Regulation

From Pelvic Torture to Pharmaceutical Freedom

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Writing in Mother Jones, Stephanie Mencimer explains why birth control pills should be sold over the counter:

Note: This is not actually a picture of a pelvic exam.

[T]he US Preventative Services Task Force, an independent group of national experts that makes evidence-based health care recommendations, released new guidelines declaring definitively that women over 30 don't need a Pap smear more than once every three years unless they have a couple of risk factors, which I don't have. The American Congress of Obstetricians and Gynecologists has said that birth control pills can safely be prescribed without a full-on exam.

Doctors, though, don't seem to be in any hurry to give up old habits. After I got back from vacation, I emailed my doctor, citing the new guidelines, and asked if he could give me a new one-year prescription for birth control pills without a pelvic exam. He wrote back, "Yes, one can argue about whether or not you need a pap, but current recommendations are still for an annual exam, blood pressure readings, updating family history, ('torturous pelvic exam,' I'm afraid), etc. So I would still like you to come in. See you soon?"

Making the pill OTC will protect you from invasive doctors, but not from invasive mothers.

The doctor had me over a barrel. As it turns out, my experience isn't unique. Doctors regularly hold women's birth control prescriptions hostage like this, forcing them to come in for exams that research is increasingly showing are too frequent and often unnecessary and ineffective. A 2010 study published in the journal Obstetrics & Gynecology found that 33 percent of doctors always require a pelvic exam and Pap smear for a hormonal contraception prescription, and 44 percent regularly do so, even though there's no medical reason for linking the two….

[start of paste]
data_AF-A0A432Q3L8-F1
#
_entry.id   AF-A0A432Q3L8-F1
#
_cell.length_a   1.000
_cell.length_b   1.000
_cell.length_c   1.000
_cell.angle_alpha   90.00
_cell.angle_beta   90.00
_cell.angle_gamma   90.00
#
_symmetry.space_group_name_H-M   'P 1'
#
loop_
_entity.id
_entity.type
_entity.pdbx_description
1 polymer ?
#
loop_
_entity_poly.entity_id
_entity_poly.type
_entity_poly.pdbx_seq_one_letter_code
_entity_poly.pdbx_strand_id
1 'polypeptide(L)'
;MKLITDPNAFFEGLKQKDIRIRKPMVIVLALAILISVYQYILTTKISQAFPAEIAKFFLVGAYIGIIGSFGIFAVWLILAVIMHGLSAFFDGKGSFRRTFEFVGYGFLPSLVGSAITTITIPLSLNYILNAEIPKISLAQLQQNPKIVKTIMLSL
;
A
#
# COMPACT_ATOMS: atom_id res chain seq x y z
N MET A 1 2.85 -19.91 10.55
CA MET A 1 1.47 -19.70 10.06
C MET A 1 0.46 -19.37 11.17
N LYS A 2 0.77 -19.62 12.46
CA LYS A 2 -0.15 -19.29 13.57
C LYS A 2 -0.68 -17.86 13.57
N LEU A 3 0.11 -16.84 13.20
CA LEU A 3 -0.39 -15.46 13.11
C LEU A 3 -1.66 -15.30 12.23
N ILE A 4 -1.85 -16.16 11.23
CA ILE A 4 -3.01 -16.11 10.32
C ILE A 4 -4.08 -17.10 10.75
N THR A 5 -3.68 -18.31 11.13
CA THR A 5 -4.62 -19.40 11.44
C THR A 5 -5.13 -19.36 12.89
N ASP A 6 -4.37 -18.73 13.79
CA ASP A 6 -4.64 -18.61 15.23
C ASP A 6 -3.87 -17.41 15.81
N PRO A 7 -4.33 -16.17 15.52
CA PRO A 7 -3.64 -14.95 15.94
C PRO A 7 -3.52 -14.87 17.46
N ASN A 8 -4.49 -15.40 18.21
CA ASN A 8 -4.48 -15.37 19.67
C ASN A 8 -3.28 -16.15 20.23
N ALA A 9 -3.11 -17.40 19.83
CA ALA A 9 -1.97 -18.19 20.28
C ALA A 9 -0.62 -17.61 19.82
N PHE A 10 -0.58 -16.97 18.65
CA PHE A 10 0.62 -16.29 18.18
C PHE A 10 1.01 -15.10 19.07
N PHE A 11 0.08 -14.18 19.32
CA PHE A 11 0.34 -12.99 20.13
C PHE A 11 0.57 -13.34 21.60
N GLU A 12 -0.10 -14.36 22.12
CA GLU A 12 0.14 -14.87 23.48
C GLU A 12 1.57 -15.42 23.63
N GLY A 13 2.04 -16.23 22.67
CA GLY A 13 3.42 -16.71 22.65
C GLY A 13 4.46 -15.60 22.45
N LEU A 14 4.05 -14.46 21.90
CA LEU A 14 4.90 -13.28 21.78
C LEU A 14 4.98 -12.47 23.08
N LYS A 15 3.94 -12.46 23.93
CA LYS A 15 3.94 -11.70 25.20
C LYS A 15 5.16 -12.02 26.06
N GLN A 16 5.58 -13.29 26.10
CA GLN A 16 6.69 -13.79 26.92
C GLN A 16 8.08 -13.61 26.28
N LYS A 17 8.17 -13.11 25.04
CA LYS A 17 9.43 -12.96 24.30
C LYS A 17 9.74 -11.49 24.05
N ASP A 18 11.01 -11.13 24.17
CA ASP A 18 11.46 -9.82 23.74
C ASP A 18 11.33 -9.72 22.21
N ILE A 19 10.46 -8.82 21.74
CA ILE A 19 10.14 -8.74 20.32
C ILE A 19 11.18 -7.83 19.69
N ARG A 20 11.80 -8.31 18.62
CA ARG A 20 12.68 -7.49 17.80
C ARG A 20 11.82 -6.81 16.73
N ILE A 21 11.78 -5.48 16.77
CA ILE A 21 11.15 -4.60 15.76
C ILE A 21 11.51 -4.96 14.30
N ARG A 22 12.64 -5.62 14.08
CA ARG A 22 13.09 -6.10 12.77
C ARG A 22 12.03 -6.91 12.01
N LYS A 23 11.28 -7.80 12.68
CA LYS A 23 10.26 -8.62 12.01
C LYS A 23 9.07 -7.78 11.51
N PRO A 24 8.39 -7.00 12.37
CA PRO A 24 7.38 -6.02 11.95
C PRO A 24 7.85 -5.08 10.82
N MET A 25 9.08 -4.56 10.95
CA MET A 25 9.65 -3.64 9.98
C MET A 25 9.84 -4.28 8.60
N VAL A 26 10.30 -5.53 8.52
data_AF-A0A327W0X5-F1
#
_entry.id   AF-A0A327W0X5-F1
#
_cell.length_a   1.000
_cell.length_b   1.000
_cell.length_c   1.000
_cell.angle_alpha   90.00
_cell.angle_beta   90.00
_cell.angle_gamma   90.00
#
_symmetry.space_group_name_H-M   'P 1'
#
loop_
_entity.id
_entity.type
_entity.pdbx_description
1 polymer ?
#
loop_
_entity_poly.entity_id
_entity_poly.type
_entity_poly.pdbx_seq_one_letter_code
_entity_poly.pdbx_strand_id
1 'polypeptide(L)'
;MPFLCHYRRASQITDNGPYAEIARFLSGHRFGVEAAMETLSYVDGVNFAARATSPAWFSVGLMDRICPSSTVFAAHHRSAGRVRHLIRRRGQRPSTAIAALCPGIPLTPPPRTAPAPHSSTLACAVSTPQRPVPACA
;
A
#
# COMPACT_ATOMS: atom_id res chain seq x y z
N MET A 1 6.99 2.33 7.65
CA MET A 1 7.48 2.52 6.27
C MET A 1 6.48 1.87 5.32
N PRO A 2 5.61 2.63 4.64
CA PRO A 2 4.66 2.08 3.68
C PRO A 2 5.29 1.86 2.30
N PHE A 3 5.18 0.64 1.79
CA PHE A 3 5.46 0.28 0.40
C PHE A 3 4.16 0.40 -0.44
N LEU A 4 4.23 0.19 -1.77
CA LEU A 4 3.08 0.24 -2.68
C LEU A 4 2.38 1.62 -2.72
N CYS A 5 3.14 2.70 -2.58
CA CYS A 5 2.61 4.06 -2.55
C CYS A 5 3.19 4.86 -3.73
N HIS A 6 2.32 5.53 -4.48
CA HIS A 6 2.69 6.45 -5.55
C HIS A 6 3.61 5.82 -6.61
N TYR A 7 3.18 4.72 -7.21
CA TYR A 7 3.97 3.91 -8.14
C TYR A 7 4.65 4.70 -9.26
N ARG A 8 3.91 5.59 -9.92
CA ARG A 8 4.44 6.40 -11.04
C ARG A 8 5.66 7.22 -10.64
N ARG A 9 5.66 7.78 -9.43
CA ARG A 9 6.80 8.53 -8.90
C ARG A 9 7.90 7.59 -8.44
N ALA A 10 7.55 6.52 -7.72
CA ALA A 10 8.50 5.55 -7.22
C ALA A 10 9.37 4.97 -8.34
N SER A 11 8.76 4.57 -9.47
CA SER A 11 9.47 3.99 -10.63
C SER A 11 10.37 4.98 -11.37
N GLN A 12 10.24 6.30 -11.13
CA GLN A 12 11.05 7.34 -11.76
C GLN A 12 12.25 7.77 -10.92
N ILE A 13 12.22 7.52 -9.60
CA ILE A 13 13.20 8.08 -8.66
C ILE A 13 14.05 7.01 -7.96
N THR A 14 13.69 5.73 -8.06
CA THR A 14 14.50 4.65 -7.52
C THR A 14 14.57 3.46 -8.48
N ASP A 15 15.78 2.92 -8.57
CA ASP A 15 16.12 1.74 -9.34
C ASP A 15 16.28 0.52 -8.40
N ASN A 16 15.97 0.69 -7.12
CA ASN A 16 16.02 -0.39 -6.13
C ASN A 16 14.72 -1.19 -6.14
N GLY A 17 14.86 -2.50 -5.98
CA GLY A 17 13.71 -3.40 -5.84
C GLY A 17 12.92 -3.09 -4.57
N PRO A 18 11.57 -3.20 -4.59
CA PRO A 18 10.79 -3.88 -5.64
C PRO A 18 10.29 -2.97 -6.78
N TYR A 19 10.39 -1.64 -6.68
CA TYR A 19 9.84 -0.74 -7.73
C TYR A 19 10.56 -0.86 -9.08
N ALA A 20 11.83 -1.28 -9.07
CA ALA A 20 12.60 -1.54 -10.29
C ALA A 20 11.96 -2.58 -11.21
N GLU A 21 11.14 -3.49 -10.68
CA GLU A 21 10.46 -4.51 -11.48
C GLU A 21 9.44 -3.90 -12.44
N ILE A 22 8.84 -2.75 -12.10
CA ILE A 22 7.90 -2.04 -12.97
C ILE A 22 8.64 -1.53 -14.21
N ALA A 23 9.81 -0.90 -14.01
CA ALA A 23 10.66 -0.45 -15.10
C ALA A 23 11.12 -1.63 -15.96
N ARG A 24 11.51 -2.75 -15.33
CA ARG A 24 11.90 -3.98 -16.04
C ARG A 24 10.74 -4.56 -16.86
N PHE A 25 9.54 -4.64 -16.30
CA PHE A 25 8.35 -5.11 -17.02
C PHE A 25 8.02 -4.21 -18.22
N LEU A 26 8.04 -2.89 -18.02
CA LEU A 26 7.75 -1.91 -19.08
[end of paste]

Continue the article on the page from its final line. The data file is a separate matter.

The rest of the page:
"'Don't do it' is not a message that the drug industry and the medical device industry is all that excited about," [health policy expert Shannon] Brownlee says. Guidelines from the government trickle down very slowly to doctor's practices. And patients raise these issues at their peril, Brownlee notes. "When you have that conversation with your doctor, you often get labeled as a noncompliant patient." The health care system is also plagued with irrational incentives that reward doctors for doing more rather than less, even when it's in the patient's best interest to be judicious. Doctors need to keep their waiting rooms full to keep their practices open.

There is one way to change the system: Make the Pill an over-the-counter (OTC) drug. If women could get birth control pills from a pharmacy, like they do in other countries, and could decide for themselves whether they should have a pelvic exam every year, the country could experience serious health care savings. Unnecessary health care treatment overall is estimated to cost at least $158 billion a year.

Read the whole thing here. And if you'd like to see some more on the subject, you should plow through the Reason archives: We've been on this beat for years.

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  1. They can’t do that! It would fix two problems at once! It would save tons of money on the useless exams (my girlfriend has successfully duped doctors for the past 3 years by calling with an appointment to get a prescription, then once the script is called in cancelling – they finally caught on). Not only would it save money, be WAY more readily available, and insurance plans wouldn’t need to cover it since it would be OTC (and most plans don’t cover otc stuff without a script). That would be a FAR too sensible approach for these United States…

  2. This is only a debate because baked into the essence of every doctor is a sense that the rest of us are too stupid to live, and only by their good graces does the human race survive.

    I loathe the entire medical community.

    1. There are exceptions. My wife’s doctor just has her call every year, asks if she’s having any problems, and if not, calls in the renewal. I’ve also heard about a doctor in Texas who doesn’t accept insurance and works pro bono for patients who can’t afford to pay. Don’t condemn the entire medical community just because Groovus is an asshole.

    2. I can’t speak for the entire medical community, but I don’t loathe you back. I’m actually pretty much indifferent to you, but if you were sick or dying, I would do all that I could to help you regardless of whether or not you were ever going to pay me for it.

  3. Give me OTC pseudoephedrine!

    If birth control pills are OTC will whiny law students still wnt them for free?

    1. No, they’d want them to be OTC *and* get paid to take them.

    2. There will still be some that are prescription only. And those are the ones they will want. For free.

    3. I did see instructions somewhere online for how to make pseudoephedrine from meth (since meth is more readily available), but I can’t seem to find the link now.